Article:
Cologne: Archdiocese paid gambling debts from bankrupt priest – 1.15 million euros in damage!

The money came from a pot of money for abuse victims

Next scandal at Archdiocese of Cologne.

The church administration has released a total of 1.15 million euros for a priest – to pay his gambling debts!

The clergyman owed 500,000 euros, a spokesman for the archdiocese confirmed on Thursday. The gambled money was paid to him in several tranches in 2015 and 2016. The Archdiocese wanted to help the priest in an extraordinary emotional emergency.

The Archdiocese spokesman said that the checks then found that the donations were taxable. Subsequent taxation, including interest and a penalty payment, added another 650,000 euros.

Particularly fatal: part of the money comes from a special fund from which payments are made to victims of sexual abuse by church members.

First had the “Kölner Stadt-Anzeiger” and the WDR reports on the gambling debt affair.

According to the Archdiocese, the process took place in the last years of the former Archbishop Joachim Meisner († 83), but was supported by his successor Rainer Maria Woelki (65) after he took office in 2014.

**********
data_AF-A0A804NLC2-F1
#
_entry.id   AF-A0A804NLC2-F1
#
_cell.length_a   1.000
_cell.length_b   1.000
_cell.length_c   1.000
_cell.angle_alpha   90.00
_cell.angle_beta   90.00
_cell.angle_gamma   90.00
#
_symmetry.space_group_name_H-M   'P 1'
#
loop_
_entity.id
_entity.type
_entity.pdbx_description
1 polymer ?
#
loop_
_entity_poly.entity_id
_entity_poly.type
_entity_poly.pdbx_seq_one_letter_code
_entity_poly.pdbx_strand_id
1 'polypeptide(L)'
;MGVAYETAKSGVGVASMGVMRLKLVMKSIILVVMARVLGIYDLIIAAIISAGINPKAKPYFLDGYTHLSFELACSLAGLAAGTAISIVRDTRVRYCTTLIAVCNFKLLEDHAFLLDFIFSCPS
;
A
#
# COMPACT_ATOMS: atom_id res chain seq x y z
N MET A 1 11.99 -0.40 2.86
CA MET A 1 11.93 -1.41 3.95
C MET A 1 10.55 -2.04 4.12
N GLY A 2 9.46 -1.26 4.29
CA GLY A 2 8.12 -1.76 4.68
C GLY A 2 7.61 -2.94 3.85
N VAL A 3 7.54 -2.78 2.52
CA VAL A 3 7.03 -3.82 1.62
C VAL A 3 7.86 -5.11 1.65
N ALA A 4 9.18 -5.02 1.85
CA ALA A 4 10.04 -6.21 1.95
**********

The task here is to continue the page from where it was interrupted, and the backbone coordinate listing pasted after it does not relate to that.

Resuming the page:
Former Archbishop Joachim Meisner (centre), who died five years ago, in 2007 with Chancellor Angela Merkel (67)

Photo: AP

Expert: Payment was illegal

According to the reports, the supervisory and control bodies were not involved in the approval of the payment from the special fund. It is therefore questionable whether the Archdiocese could simply take the money out of the till.

The Münster canon lawyer Thomas Schüller told the “Kölner Stadt-Anzeiger”: “The information provided by the Archdiocese shows a frightening lack of knowledge or ignorance of the relevant property law provisions.”

His conclusion: “The action of the diocese leadership in this case is clearly illegal.” The spokesman for the archdiocese said meanwhile that it was not necessary to involve the relevant bodies.

The archdiocese asserted: “We assume that such a case can no longer occur today because we have learned from the case and the contact between the human resources department and the clergy is more intensive and better organized today.”


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